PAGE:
hawn deceived

In the early nineteen-nineties, drab psychological thrillers were inescapable at the multiplex. At around the same time, Goldie Hawn clearly felt a need to take her career in a different direction. These situations converged, and it was not pretty. This was written for the weekly movie news and review program I co-hosted at my college radio station, early in our second season.  

First of all, it’s refreshing to see Goldie Hawn taking on a role that directly counters the cute, flighty airhead roles that she’s been typecast into for most of the nineteen-eighties. It seemed as though every film she was in required her play a slight variation on her admittedly terrific performance in Private Benjamin. But from Protocol to Wildcats, the material she was given was lacking, and eventually seeing that character over and over again grew grating. So the new film Deceived deserve praise for the simple that it gives Hawn a chance to play a different character. However, it’s not much of a character, and it’s not much of a movie.

In the film, Hawn plays a woman whose life appears to be perfect. She’s got a loving husband, an adorable young daughter, her own business. Things couldn’t be better. But then her world starts to crumble when she begins making discoveries about her husband. First, there are little things: lies about people he knows, lies about work. But soon, she’s discovering the deceptions run far deeper. The film then develops into a thriller, but it’s a limp one. Mary Agnes Donoghue’s script is so devoid of suspense that director Damian Harris has to resort to screeching cats to make the audience jump.

Both Hawn and John Heard — playing the husband — are talented performers, but there’s so little substance to their characters and their relationship that it would be nearly impossible for them to draw us into the film. They simply don’t have enough to work with. They have nothing to do except move through shadows and dimly lit corridors as the film drags along. There’s a very clever ending, but it’s a case of too little, too late.

Hawn is viewing this film as the beginning of a new direction for her career. I admire the effort, but Deceived is an awfully shaky film to start over with.

1 and 1/2 stars, out of 4.

One for Friday — Frightened Rabbit, “Oil Slick”


I wrote about Frightened Rabbit only once. When I was regularly churning out copy for Spectrum Culture, I put in to detail the ingenuity of a track from the band’s sterling 2013 album, Pedestrian Verse, as a contribution to the recurring Monthly Mixtape feature.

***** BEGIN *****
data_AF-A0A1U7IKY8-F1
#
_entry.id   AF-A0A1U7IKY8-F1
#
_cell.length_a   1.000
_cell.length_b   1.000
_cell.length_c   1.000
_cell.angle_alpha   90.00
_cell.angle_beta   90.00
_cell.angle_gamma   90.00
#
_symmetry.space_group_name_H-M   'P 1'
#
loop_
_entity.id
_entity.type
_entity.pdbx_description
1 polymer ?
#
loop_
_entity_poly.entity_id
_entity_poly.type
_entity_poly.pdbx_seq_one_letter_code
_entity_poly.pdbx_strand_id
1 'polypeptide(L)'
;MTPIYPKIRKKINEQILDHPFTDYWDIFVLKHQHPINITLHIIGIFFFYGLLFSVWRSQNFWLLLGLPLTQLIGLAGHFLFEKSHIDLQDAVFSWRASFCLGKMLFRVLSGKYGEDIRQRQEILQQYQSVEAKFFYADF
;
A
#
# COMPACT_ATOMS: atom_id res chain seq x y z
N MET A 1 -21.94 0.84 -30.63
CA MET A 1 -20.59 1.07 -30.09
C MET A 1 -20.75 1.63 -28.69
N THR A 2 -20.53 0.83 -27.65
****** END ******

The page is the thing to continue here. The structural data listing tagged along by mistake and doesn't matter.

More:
This is what I wrote:

The closing track off of Frightened Rabbit’s Pedestrian Verse, their fourth full-length
overall and major label bow, is a lean, emotive affair, ending the fine record on an
appropriately contemplative note. Even better, it has a touch of meta playfulness that
undercuts any self-seriousness that could trickle in. Lead singer and chief songwriter
Scott Hutchison uses the oil slick of the title as a metaphor for his own gloppy, gooey
feelings that can ponderously darken his songs, noting, “Only an idiot would swim
through the shit I write.” Hutchison has noted that he originally intended Pedestrian
Verse to be relatively free of relationships songs, until a break-up during the creative
process thwarted that plan. “The Oil Slick” comes across as his cleverly abashed way of
acknowledging his own inability to steer clear of the lovelorn pining that has long been
the lifeblood of pop music.

Those words still encapsulate a fair amount of the appeal I found in Frightened Rabbit’s music. The open-hearted poignancy of Hutchison’s songwriting was a wonder. At a time in pop music when it often felt like artists were holding themselves back, hiding within the affectations of studio tricks or arch, ironic posturing, Hutchison always seemed to be right there in the lyrics of his songs. It’s precisely that quality that made the witty meta flourishes of “Oil Slick,” and other similar intellectual playfulness, feel like avenues to deeper understanding rather than guises that pushed the listener away.

Listen or download —> Frightened Rabbit, “Oil Slick”

(Disclaimer: I haven’t checked, but I suspect Pedestrian Verse and the bulk of the Frightened Rabbit discography remains available as physical items that can be purchased from your favorite local, independently-owned record store in a manner that compensates both the proprietor of said store and the original artist. I’m sharing this track as an encouragement to engage in precisely that commerce rather than a replacement for such an action. This strikes me as fair use. However, I do know the rules. I will gladly and promptly remove the file if asked to do so by any individual or entity with due authority to make such a request.)